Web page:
روش سنتی شکارچیان عسل در نپال
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Twice a year, the Gurung honey hunters ascend to the base of cliffs in central Nepal and ascend them to collect honey.
They use the same tools that their ancestors did – hand-woven rope ladders and tangos, the long sharp bamboo poles that they use to cut the honey-filled hives off of the face of the cliff.
Honey hunting is among the oldest known human activities. There is an 8,000-year-old cave painting in Spain that portrays a man climbing vines to collect honey.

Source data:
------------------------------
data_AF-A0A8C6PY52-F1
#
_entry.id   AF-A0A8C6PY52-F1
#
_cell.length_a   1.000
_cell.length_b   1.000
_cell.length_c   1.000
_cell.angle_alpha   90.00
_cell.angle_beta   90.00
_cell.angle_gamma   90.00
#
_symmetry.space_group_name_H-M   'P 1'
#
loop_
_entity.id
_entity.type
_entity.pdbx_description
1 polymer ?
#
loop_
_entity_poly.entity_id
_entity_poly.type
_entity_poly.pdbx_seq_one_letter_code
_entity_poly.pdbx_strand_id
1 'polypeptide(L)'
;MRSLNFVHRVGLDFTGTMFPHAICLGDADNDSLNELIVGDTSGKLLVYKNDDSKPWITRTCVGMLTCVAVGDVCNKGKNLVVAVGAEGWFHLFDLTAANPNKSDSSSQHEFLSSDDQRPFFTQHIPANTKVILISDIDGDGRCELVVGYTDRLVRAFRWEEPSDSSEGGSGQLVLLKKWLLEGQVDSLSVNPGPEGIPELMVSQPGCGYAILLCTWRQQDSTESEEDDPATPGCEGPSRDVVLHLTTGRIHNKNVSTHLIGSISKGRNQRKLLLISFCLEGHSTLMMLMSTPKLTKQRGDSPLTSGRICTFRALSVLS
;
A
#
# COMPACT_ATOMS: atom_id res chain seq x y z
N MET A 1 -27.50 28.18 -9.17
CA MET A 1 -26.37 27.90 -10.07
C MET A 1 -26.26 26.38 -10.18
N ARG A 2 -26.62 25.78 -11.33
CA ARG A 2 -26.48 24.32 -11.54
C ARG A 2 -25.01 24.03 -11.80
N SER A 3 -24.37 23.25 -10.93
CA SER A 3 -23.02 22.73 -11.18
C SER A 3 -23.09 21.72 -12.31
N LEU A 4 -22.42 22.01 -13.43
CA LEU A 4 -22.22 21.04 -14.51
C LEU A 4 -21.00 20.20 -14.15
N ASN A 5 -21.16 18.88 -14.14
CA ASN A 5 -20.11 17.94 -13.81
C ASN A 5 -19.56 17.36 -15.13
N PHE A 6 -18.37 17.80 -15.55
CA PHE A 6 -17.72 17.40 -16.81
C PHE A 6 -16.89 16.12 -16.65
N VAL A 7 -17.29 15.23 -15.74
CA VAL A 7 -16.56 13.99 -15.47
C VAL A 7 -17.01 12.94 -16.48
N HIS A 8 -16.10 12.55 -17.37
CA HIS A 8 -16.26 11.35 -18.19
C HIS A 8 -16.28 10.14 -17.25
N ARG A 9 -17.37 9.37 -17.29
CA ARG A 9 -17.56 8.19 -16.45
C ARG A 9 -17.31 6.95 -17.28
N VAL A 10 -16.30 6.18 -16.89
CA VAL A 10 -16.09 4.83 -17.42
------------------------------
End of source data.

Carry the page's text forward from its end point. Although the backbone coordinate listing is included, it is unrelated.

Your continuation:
Besides the danger of falling, they also happen to be harvesting the honey of the largest honeybee in the world. The Himalayan honey bee can grow to be up to 3 cm (1.2 in) in length.
Due to grayanotoxins from the white rhododendrons they feed on in the spring, their spring honey can be intoxicating, and fetches high prices in Japan, Korea and China.